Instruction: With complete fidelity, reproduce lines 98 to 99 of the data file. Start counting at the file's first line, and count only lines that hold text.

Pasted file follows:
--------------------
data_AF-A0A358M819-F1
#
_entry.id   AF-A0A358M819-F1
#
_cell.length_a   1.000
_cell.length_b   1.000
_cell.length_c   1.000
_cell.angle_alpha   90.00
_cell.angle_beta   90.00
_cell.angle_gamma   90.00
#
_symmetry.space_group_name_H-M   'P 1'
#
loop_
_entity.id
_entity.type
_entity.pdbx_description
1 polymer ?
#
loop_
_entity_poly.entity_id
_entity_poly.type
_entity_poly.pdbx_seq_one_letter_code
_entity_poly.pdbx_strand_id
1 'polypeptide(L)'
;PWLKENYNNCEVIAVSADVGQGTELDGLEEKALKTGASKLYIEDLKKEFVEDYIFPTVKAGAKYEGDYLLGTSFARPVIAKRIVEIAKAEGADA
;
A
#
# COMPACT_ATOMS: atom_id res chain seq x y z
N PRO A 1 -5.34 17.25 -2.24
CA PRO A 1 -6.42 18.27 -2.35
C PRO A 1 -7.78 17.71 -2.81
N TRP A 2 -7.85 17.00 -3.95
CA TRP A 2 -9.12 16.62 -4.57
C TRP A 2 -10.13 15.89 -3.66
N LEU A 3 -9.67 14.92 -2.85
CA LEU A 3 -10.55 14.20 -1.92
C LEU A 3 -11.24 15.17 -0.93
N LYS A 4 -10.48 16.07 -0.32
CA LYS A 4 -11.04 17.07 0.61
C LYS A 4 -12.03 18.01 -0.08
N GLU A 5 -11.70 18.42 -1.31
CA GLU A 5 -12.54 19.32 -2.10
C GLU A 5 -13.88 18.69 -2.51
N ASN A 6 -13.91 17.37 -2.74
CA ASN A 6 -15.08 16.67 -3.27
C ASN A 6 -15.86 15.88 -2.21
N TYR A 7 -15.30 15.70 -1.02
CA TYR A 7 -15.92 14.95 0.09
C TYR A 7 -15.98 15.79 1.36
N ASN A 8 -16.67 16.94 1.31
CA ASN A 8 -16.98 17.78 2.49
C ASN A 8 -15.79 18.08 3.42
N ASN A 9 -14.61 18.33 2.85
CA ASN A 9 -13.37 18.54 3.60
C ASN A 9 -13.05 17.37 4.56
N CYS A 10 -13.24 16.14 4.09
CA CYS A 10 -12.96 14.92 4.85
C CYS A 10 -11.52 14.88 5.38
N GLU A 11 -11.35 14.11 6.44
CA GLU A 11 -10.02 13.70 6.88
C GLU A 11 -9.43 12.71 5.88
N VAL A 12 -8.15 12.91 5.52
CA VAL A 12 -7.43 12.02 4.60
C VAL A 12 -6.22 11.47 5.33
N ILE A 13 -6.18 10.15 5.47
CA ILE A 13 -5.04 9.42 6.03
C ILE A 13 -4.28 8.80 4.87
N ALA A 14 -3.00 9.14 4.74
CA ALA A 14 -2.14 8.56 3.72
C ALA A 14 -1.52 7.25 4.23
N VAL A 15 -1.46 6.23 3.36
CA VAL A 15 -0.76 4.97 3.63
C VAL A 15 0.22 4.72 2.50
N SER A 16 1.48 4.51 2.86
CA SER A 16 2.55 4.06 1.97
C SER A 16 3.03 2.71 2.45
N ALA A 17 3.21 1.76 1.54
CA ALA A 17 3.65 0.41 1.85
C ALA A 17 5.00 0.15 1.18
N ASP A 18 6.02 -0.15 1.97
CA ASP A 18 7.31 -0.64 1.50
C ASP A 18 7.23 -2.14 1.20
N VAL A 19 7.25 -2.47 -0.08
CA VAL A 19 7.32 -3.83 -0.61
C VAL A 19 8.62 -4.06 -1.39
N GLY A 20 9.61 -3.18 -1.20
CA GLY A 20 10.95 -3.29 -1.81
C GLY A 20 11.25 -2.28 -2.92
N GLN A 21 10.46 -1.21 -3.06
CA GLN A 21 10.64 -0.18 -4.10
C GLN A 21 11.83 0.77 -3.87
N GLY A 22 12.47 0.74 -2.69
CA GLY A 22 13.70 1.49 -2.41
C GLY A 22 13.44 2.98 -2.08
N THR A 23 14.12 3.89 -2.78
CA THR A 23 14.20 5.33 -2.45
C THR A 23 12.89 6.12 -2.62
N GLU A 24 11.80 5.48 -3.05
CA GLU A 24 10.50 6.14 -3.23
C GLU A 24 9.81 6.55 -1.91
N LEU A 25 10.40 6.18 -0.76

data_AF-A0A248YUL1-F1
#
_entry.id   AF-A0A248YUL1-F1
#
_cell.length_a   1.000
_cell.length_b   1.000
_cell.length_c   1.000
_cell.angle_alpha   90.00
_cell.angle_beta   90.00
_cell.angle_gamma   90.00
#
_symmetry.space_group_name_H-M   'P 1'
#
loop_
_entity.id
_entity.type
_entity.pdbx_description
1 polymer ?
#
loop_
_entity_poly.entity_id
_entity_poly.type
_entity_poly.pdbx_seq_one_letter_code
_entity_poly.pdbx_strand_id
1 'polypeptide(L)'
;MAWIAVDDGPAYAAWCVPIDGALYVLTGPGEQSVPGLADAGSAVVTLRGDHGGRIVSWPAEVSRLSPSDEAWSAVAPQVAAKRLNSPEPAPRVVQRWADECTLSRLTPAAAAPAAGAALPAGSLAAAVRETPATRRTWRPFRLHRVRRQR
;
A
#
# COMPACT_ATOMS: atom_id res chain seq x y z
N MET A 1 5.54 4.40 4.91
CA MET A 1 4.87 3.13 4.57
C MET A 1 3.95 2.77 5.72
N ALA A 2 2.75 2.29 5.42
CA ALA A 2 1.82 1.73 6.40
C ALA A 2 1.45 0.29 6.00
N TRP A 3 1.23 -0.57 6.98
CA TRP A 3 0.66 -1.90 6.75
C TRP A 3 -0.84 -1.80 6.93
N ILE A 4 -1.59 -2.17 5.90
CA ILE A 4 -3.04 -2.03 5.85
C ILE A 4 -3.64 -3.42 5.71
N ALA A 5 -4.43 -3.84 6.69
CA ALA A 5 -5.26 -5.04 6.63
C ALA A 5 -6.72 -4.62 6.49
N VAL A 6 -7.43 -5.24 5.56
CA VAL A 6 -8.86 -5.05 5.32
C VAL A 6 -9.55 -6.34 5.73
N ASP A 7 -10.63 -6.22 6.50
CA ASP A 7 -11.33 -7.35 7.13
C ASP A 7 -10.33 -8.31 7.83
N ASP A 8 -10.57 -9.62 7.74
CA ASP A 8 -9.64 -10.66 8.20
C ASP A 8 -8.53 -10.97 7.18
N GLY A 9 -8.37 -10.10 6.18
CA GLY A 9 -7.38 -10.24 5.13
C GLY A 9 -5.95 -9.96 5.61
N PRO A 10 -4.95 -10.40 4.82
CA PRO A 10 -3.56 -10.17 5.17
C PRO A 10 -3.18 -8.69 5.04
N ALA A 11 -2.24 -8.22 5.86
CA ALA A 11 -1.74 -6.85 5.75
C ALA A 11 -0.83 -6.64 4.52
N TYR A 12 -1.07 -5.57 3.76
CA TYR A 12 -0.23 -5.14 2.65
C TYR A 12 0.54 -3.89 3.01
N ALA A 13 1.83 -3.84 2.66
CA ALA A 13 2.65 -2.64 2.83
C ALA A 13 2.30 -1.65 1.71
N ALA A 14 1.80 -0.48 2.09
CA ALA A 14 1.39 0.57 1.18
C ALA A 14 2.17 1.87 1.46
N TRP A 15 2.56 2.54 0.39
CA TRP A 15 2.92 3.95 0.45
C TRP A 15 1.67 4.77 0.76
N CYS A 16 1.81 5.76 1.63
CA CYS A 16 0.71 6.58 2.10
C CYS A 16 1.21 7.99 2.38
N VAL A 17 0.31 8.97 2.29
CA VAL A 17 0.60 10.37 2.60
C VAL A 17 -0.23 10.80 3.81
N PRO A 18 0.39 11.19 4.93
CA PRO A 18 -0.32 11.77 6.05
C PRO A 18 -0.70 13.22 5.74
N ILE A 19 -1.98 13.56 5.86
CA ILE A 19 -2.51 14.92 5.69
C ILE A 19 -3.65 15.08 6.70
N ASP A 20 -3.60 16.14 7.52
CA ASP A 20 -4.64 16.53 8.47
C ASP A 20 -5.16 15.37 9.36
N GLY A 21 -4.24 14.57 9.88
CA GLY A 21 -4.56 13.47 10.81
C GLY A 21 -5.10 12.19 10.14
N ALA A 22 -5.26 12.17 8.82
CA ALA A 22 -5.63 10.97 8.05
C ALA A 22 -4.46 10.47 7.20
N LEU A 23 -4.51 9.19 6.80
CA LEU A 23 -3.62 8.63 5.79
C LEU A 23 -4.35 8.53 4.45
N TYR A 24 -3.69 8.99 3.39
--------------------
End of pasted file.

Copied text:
CA THR A 23 14.20 5.33 -2.45
C THR A 23 12.89 6.12 -2.62